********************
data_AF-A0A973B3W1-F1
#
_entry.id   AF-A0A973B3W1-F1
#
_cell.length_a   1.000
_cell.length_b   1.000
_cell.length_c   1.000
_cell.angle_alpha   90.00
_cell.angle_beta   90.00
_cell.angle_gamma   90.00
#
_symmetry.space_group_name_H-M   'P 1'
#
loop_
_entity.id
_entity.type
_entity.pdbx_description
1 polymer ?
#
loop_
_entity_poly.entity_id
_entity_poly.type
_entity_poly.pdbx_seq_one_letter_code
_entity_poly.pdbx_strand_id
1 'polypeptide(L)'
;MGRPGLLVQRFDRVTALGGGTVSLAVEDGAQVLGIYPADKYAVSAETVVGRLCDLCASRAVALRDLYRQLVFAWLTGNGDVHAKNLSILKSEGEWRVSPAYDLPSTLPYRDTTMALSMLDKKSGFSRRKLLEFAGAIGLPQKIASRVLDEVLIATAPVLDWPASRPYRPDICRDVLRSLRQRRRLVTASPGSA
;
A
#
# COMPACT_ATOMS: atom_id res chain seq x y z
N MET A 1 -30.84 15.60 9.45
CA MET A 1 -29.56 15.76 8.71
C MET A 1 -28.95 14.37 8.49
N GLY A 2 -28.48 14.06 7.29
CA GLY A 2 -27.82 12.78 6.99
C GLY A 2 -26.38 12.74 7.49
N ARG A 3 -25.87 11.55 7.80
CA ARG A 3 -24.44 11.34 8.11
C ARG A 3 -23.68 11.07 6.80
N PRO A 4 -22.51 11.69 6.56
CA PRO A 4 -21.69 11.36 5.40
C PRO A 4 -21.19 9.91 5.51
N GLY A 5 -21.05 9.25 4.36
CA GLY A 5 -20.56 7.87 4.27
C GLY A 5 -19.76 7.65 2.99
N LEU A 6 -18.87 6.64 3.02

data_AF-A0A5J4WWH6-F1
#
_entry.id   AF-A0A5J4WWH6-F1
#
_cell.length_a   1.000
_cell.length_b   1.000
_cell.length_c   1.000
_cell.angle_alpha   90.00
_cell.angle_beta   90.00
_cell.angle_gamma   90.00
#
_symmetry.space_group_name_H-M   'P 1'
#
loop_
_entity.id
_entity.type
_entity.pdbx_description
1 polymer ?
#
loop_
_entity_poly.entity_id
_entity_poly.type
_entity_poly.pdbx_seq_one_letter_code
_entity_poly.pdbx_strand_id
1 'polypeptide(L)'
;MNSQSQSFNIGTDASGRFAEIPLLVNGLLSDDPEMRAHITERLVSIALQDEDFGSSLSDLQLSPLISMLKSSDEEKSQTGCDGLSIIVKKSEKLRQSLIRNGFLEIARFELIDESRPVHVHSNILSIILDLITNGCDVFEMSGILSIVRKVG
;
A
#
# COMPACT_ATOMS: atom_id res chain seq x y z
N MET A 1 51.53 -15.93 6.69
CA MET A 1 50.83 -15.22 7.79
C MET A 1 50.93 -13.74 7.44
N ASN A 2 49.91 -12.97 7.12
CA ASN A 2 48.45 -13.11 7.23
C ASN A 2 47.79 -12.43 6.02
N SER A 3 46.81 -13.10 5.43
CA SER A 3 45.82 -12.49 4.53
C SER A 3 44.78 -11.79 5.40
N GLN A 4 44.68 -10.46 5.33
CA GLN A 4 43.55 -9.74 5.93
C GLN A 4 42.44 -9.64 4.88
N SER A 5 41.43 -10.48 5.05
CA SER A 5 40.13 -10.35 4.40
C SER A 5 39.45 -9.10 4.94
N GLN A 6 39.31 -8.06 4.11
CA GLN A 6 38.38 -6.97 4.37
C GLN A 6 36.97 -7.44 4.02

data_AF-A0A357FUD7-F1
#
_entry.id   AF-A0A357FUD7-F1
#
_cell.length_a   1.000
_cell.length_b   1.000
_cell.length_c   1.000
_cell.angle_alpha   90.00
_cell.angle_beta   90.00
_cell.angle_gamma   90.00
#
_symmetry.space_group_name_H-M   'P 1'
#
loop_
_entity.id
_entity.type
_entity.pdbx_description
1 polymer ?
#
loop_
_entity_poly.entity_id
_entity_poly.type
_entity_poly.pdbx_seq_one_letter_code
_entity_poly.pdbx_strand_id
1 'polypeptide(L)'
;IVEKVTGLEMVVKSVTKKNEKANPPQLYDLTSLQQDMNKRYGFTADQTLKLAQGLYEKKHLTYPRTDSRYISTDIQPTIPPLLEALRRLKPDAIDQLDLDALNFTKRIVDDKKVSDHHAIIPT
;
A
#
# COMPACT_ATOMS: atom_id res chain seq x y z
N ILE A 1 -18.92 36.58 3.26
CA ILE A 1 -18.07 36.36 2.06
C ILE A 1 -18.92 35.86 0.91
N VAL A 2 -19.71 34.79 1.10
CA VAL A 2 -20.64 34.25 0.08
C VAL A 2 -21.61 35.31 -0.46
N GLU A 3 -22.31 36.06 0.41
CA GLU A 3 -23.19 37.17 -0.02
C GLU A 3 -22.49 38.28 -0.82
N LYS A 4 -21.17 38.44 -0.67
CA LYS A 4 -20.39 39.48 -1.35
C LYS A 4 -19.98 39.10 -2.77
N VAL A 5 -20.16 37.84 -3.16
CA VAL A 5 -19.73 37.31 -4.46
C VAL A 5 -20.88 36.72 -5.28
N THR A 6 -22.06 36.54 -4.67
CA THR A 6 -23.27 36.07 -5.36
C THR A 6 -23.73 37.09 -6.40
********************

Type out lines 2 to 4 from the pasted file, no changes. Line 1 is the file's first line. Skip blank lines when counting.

#
_entry.id   AF-A0A973B3W1-F1
#